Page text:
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In a previous post – Conversion Rate Optimization: Scent Trail or Primrose Path – I talked about the wrong way to increase conversions in terms of leads and sales. In this post, I want to provide some guidelines about how to get it right through the use of landing pages.
The Marketing Communication Feedback Loop
Before we dig down into how to use landing pages, we first need to realize that communication, especially marketing communication, is a two-way street. It’s not uncommon for marketers to think that if we broadcast a message, we have effectively communicated. That is not the case.
Communication takes place when a feedback loop has been established. A simple version works like this:
- An information source produces a message and encodes it for transmission using one or more channels.
- The recipient decodes (interprets) the message received from the transmission, and then sends a response to the sender.
When that happens, the communication loop comes full cycle, and it’s the sender’s turn to continue communicating.
Let’s apply that to a marketing campaign.
1. We formulate the message, adapt it for transmission through various channels – video, email, social media and so on – and then send.
2. The recipients – our customers and prospects – see the message and respond.
For the sake of example, let’s say that we send an email broadcast announcing a new product or service designed to get the recipients, many of whom will be current customers, interested in learning more or, even better, making a purchase. Contained within that message is a call-to-action, which is consistent with the action we want the respondent to take.
What happens following the click-through is critical because it will either lead a person down the “scent trail” or along a primrose path.
Does it take the respondent to a page on our website that features the product or service? Or, does it take them to a special landing page that contains the means by which the person can take the desired action?
Landing Pages Defined
For clarification, here’s how Wikipedia defines the term:
“In online marketing a landing page, sometimes known as a ‘lead capture page’ is a single web page that appears in response to clicking on a search engine optimized search result or an online advertisement (or, in our example, an email message). The landing page will usually display directed sales copy that is a logical extension of the advertisement, search result or link.”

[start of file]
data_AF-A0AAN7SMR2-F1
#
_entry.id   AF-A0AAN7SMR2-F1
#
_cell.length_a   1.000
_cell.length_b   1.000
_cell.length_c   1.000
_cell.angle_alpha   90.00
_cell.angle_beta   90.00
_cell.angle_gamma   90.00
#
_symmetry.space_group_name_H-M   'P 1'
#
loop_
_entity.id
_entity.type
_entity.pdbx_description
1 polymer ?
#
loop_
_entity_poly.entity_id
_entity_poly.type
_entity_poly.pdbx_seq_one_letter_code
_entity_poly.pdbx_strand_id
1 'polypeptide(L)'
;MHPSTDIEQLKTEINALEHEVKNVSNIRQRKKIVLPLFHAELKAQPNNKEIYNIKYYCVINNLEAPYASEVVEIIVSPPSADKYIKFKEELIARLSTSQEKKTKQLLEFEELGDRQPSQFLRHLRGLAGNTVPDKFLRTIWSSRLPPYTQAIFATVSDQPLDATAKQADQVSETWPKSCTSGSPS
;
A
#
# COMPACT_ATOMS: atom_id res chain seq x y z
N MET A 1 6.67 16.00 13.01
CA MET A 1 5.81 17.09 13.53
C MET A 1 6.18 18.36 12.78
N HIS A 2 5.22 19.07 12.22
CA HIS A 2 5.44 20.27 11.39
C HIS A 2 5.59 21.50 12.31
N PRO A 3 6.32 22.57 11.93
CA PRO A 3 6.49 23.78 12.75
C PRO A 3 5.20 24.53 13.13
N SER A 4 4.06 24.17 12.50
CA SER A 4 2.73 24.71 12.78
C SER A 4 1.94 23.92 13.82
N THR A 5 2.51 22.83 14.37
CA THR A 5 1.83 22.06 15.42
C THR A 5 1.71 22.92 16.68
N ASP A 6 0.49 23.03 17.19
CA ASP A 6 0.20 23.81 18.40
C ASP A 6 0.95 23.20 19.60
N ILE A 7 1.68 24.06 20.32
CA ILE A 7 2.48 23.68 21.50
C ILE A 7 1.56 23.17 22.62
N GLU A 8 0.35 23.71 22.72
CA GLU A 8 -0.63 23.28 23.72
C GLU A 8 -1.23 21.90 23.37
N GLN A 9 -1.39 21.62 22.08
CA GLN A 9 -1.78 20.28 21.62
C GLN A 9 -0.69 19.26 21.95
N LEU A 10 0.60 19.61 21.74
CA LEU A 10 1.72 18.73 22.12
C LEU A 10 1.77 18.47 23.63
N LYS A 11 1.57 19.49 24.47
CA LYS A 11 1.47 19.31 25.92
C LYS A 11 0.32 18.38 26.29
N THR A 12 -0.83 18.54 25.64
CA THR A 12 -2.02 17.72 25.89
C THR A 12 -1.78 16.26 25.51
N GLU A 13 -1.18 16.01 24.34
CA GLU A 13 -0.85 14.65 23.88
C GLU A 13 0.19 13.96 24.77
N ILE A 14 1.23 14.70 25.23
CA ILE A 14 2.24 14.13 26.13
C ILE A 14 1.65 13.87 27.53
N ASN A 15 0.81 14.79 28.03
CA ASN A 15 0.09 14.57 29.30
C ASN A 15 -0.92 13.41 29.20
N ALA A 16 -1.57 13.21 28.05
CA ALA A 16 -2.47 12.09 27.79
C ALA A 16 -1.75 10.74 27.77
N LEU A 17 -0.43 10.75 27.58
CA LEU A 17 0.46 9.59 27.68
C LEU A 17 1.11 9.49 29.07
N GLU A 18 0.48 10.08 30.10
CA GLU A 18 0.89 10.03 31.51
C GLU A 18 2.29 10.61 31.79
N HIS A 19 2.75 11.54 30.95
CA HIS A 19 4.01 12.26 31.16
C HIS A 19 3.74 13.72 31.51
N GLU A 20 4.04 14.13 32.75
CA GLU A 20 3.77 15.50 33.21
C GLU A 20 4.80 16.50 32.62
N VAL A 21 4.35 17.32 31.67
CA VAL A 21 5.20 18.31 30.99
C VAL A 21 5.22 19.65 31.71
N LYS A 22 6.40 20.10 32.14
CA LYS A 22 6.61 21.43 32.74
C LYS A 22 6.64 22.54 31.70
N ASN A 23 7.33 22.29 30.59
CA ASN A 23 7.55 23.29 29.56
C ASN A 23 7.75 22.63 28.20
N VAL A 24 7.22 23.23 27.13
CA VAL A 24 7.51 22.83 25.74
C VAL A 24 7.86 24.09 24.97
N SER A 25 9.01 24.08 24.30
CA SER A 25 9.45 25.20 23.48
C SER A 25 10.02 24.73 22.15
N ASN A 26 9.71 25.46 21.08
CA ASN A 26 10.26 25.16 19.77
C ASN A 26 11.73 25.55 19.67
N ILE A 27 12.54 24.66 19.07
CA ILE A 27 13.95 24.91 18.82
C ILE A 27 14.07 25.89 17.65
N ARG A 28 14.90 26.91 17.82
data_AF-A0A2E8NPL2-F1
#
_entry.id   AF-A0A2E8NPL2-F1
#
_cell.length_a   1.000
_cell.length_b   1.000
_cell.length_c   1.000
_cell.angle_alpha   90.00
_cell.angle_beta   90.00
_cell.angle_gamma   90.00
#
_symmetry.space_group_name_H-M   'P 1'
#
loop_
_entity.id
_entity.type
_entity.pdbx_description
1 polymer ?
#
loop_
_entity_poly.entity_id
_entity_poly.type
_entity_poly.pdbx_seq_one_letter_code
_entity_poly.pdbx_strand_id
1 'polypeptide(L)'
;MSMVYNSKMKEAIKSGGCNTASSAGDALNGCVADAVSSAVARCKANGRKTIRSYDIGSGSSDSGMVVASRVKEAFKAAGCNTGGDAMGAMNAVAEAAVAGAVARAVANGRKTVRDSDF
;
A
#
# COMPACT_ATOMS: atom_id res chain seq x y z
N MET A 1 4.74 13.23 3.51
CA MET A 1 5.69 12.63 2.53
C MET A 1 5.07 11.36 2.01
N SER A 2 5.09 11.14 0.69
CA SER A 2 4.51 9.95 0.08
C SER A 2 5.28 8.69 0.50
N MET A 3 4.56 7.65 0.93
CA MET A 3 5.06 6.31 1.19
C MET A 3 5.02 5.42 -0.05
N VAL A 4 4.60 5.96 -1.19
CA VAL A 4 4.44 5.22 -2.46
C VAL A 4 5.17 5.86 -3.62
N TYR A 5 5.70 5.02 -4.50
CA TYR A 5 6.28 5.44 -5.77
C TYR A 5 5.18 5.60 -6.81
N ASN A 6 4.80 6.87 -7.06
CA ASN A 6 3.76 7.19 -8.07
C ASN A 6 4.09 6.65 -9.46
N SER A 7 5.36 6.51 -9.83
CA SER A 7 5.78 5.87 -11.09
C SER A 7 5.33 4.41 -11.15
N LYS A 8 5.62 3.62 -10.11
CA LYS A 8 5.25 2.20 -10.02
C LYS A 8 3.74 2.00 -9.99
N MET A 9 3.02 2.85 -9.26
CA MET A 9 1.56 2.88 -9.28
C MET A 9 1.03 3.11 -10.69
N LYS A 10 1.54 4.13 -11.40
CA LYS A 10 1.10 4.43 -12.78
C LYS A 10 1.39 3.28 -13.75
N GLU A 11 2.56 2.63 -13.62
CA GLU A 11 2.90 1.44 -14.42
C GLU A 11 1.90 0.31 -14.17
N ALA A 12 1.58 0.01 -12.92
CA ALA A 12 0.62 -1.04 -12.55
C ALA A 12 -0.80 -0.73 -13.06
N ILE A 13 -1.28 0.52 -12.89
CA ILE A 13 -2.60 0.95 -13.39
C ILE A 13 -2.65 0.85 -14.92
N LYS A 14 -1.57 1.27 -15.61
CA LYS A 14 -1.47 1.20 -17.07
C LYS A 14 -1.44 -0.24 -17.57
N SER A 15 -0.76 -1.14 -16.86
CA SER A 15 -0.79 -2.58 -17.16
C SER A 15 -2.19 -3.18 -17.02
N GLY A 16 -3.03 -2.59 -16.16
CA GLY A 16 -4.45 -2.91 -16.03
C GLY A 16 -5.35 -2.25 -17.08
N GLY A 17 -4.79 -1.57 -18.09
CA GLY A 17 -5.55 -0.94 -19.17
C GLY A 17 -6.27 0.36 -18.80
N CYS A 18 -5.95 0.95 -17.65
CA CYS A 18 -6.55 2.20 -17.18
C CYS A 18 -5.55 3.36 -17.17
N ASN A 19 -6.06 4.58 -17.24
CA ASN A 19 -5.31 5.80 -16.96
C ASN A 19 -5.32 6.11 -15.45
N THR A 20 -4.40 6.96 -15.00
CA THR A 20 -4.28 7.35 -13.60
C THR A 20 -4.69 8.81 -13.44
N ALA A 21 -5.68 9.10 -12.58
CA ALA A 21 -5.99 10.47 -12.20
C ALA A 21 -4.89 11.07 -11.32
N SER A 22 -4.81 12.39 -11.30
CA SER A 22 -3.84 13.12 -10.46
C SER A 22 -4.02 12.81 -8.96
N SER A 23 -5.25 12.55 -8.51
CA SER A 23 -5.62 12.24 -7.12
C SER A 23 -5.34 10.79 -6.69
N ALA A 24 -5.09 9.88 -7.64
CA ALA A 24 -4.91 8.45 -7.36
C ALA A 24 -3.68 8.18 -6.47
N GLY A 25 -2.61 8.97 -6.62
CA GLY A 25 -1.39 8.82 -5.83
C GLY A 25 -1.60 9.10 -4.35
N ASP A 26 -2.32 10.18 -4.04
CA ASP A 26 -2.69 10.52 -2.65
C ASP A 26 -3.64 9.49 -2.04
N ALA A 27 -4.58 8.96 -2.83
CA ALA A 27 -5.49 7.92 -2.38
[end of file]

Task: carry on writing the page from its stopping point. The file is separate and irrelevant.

In one sense, every web page is a “landing page” because it happens to be the one the person lands on. What I’m suggesting is that you create a page expressly designed to inspire action and continue the communication that will lead to the ultimate action – making a purchase.
Landing Page Examples
To give you a better idea about how landing pages work, here are some helpful examples.
The homepage of the Thinbox website is designed to elicit action in the form of registration or sign up.
This is the top section of a more extensive landing page advertising a cyber security product called Predictive Shield. It contains two calls to action: “Learn More,” and a phone number.
When you click the Learn More button, another page pops up containing a form to download the product brochure.
This landing page, from landing page software provider Unbounce, invites people to take a free course on, what else, landing page conversion.
Landing Page Best Practices
What makes for a landing page that increases conversions? Here are a list of best practices gleaned from the Unbounce website:
1. Ensure the primary headline of your landing page matches the source (ad, email, link) visitors clicked to get there.
2. Make your call to action (CTA) big and position it above the fold.
3. Make sure the landing page has a single focus.
4. Use video. It’s been shown to improve conversion by up to 80%.
5. Use real testimonials for authenticity.
6. Use A/B split testing to determine the version that receives the highest conversion rate.
7. Simplify your copy using bullets.
8. Segment by traffic source. Send your PPC, email, social media, organic and banner traffic to separate landing pages for better message match and to do determine which channel performs best.
9. Show your phone number so people know you are real and can interact with you on a personal level.
10. Finally, don’t send inbound traffic to your homepage. Use a landing page!
Landing Page Platform Providers
By now, I hope I have convinced you to incorporate the use of landing pages into your email marketing and other marketing channels, as well. Here is a list of companies that make landing page creation easy:
Finally, here are some related resources where you can learn more about increasing conversion rates using landing pages, especially as it applies to email marketing:
One more resource…an infographic that describes how to build the perfect landing page: